Colour and Comfort
|A “warm”, inviting door|
The third and fourth tenets of Holistic Interior Design are: Colour and Comfort.Colour has such an immediate, visceral impact on our mood, and thus on our well-being, that it is intimately connected with how comfortable we feel in our space.Every living and non-living thing emanates energy at different wave lengths, and we see this as colour or we feel it as heat, which is just energy of a shorter wavelength. We can also feel colour, to some extent. For instance, a room painted red will always “feel” warmer than the same room painted blue, regardless of the actual air temperature, and we use these attributes of colour a lot in Holistic Interior Design to help us feel more comfortable.
|Repetition of a favourite colour promotes harmony|
Most of the time, we choose colours in our homes which bring about feelings of harmony and peace. Since everyone is so different, the colours that one person finds relaxing and harmonizing are quite different from person to person, so it gets tricky choosing colours for an entire houseful of people. Basically, you just need to figure out your “favourite” colour, use that as the main focus, and bring in other colours that work with the main colour. One of the easiest ways of doing this is to find a rug, piece of artwork or furniture or cushion that has a bunch of colours, one of which is your favourite, and repeat the colours you see around the room in draperies, cushions, area rug, paint colours and accessories.
Comfort refers to how a space makes you feel, which encompasses both how comfortable your furniture and flooring is as well as the colours, textures and visual stimulants around you.For instance: It’s very important to choose furniture which fits your body. Inheriting a Victorian settee and spending a lot of money on re-finishing and re-upholstering it only to have no one sit on it because the seat depth (the measurement from the back of the seat to just behind your knees) was originally made for people who lived in the reign of Queen Victoria, when the average height was 5 feet.
|Maria & Julian Balicki|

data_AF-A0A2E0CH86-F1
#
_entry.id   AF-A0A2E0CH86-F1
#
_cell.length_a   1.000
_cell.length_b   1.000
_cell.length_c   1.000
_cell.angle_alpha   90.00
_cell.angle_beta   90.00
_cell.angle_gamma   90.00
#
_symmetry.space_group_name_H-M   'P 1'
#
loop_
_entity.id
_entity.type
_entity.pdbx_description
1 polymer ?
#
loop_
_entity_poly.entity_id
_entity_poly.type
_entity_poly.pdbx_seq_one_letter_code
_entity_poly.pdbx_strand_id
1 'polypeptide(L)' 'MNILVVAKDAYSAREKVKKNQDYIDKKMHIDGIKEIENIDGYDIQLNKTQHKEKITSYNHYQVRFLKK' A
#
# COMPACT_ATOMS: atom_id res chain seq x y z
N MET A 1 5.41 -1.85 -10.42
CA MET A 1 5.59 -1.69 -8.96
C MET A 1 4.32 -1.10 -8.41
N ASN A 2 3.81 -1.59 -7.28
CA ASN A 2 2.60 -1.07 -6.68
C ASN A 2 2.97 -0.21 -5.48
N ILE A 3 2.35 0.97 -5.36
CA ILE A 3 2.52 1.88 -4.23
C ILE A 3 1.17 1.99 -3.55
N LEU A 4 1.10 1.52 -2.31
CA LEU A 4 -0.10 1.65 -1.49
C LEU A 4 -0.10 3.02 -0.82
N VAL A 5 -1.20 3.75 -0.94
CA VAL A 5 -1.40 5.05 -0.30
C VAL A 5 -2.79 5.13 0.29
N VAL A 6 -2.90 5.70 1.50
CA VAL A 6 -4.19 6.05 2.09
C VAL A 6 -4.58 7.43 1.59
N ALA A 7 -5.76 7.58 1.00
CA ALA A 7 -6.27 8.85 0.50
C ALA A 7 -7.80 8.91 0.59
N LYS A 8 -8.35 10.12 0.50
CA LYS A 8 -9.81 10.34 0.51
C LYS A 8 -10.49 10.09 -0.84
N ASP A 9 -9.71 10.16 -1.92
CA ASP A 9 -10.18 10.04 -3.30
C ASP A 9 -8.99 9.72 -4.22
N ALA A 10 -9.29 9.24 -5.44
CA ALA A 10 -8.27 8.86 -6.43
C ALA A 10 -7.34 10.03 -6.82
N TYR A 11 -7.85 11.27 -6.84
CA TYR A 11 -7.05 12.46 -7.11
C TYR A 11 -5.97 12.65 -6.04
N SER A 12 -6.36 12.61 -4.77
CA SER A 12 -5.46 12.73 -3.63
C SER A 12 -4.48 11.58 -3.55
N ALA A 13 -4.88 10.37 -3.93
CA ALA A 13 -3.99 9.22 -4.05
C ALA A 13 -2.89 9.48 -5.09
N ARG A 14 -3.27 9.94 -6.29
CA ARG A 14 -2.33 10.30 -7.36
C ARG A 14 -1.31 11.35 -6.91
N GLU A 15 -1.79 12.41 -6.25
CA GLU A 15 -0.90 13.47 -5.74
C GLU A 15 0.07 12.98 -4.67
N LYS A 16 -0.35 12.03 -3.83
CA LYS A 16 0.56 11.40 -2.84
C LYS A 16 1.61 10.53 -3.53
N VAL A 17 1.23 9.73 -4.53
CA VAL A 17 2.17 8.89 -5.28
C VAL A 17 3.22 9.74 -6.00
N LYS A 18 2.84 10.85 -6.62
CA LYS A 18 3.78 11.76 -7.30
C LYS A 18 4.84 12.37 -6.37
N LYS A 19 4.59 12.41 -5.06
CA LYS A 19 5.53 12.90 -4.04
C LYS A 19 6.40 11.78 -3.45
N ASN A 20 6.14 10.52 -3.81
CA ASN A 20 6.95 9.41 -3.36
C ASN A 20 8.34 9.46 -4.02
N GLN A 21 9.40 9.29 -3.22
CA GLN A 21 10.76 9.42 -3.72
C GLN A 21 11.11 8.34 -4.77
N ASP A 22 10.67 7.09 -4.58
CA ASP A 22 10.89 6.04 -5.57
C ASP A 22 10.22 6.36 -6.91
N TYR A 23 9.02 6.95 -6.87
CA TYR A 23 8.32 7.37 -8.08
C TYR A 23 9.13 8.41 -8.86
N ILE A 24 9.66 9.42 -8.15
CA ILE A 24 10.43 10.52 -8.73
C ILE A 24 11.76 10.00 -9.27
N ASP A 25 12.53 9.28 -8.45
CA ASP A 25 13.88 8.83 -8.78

(as an aside: records from Ellis Island show that my husband’s Great-Grandfather was 4’11” when he was processed in NY in 1921. My sons’ heights average from 6’4” to 6’8” in 3 generations!!)
Textures in a space are also very important, with comfort underfoot being primary. Although it is far more popular now to have hardwood or hardwood-look flooring, due to its practicality, softening it by adding a wool area rug just makes so much difference to the comfort level in a room.
Similarly, adding window treatments, even non-operable side panels next to a window both improve the acoustics in a room and visually soften it and make it feel more comfortable.Visual stimulants: This refers to anything in the room – from Artwork to plants to (a few!) well chosen decorative accessories as well as cushions and lighting which excite you and make your eye float across the room. Ideally these items would have special meaning to you – perhaps picked from your travels or found on the beach. Your artwork should really speak to you. You should really enjoy looking at it. If you don’t particularly like a piece of artwork – donate it! Yes, even if it was painted by your Great-Aunt Mildred! Don’t keep ANYTHING around you which does not make you feel good as, before you know it, you really won’t feel good, physically.Surround yourself with beautiful artwork, colours, textures and comfortable furnishings and actually enjoy coming home!!
|Warm colours, textures make a great kitchen!|
|Surround yourself with things you love|